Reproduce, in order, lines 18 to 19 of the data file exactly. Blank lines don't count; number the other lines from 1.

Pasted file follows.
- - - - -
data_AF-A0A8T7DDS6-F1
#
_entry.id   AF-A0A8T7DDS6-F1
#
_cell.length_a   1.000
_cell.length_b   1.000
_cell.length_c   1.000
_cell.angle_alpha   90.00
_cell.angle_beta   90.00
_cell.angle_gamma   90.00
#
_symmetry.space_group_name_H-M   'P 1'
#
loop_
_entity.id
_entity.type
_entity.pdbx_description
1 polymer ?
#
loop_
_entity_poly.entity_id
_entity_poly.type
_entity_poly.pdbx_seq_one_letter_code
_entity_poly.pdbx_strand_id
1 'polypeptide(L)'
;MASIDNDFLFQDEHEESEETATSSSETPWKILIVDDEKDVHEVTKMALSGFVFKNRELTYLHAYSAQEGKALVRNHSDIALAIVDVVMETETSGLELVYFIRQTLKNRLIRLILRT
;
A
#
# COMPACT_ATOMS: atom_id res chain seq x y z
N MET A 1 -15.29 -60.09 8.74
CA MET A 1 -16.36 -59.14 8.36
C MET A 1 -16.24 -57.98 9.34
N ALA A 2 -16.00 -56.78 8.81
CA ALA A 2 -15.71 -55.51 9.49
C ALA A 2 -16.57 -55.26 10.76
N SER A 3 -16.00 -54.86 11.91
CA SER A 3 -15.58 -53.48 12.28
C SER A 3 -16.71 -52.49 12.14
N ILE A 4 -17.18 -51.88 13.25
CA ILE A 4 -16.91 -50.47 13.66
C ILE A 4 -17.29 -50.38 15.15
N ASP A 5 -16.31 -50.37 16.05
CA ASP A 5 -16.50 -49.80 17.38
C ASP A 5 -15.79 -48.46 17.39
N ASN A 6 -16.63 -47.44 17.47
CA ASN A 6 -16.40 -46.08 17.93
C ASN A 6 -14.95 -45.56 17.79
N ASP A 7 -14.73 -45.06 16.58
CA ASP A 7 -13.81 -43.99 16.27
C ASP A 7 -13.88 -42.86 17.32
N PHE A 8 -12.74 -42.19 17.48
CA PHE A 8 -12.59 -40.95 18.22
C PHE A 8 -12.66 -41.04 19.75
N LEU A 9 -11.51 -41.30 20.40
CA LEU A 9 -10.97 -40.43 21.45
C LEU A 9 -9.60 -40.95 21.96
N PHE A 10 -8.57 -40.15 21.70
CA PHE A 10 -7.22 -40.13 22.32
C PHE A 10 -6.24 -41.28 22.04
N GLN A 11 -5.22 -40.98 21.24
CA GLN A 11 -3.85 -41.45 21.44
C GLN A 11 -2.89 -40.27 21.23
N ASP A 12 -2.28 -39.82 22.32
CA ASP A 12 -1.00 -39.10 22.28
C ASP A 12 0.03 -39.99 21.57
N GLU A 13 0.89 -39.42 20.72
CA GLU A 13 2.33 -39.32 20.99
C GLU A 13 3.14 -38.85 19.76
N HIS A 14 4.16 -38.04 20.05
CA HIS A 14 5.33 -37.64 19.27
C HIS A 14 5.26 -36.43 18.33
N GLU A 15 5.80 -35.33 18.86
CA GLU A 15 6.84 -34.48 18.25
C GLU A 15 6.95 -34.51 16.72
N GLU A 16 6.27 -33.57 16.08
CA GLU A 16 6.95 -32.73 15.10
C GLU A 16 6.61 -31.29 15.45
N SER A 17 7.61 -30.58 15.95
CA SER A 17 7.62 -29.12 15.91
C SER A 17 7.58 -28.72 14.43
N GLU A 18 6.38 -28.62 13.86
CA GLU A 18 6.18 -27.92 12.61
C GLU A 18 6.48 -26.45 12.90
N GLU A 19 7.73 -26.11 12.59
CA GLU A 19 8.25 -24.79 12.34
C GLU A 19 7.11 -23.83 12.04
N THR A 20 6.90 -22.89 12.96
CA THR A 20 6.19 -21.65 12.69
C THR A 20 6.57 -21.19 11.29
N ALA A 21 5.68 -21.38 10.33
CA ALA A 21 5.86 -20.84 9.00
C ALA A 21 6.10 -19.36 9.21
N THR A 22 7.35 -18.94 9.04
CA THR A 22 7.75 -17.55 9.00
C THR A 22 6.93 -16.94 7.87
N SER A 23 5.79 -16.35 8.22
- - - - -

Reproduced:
1 polymer ?
#